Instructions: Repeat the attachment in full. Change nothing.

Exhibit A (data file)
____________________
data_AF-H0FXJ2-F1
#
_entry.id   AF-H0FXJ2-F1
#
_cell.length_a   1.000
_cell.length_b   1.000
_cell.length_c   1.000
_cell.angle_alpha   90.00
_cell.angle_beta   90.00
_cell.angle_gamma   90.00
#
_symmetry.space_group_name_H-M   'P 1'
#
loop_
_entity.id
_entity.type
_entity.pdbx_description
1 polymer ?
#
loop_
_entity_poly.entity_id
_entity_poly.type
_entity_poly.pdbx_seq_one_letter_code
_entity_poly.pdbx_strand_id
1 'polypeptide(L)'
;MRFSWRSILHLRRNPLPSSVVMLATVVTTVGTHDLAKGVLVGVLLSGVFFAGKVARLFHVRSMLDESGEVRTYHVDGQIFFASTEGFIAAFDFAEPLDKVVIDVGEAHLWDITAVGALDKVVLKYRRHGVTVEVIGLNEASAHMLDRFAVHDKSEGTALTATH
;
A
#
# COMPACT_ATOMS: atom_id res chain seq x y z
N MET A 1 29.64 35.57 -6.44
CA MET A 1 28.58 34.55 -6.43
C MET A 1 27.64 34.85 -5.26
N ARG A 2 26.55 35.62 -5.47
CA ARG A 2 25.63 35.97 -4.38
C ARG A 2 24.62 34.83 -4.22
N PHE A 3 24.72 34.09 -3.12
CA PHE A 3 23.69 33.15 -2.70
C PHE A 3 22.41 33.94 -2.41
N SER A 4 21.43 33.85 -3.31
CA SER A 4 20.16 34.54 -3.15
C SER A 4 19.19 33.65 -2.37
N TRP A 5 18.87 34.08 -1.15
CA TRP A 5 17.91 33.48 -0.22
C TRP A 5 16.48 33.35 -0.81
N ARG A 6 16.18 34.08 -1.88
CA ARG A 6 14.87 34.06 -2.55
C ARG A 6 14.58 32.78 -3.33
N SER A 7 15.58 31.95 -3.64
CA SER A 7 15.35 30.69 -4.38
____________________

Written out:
data_AF-H0FXJ2-F1
#
_entry.id   AF-H0FXJ2-F1
#
_cell.length_a   1.000
_cell.length_b   1.000
_cell.length_c   1.000
_cell.angle_alpha   90.00
_cell.angle_beta   90.00
_cell.angle_gamma   90.00
#
_symmetry.space_group_name_H-M   'P 1'
#
loop_
_entity.id
_entity.type
_entity.pdbx_description
1 polymer ?
#
loop_
_entity_poly.entity_id
_entity_poly.type
_entity_poly.pdbx_seq_one_letter_code
_entity_poly.pdbx_strand_id
1 'polypeptide(L)'
;MRFSWRSILHLRRNPLPSSVVMLATVVTTVGTHDLAKGVLVGVLLSGVFFAGKVARLFHVRSMLDESGEVRTYHVDGQIFFASTEGFIAAFDFAEPLDKVVIDVGEAHLWDITAVGALDKVVLKYRRHGVTVEVIGLNEASAHMLDRFAVHDKSEGTALTATH
;
A
#
# COMPACT_ATOMS: atom_id res chain seq x y z
N MET A 1 29.64 35.57 -6.44
CA MET A 1 28.58 34.55 -6.43
C MET A 1 27.64 34.85 -5.26
N ARG A 2 26.55 35.62 -5.47
CA ARG A 2 25.63 35.97 -4.38
C ARG A 2 24.62 34.83 -4.22
N PHE A 3 24.72 34.09 -3.12
CA PHE A 3 23.69 33.15 -2.70
C PHE A 3 22.41 33.94 -2.41
N SER A 4 21.43 33.85 -3.31
CA SER A 4 20.16 34.54 -3.15
C SER A 4 19.19 33.65 -2.37
N TRP A 5 18.87 34.08 -1.15
CA TRP A 5 17.91 33.48 -0.22
C TRP A 5 16.48 33.35 -0.81
N ARG A 6 16.18 34.08 -1.88
CA ARG A 6 14.87 34.06 -2.55
C ARG A 6 14.58 32.78 -3.33
N SER A 7 15.58 31.95 -3.64
CA SER A 7 15.35 30.69 -4.38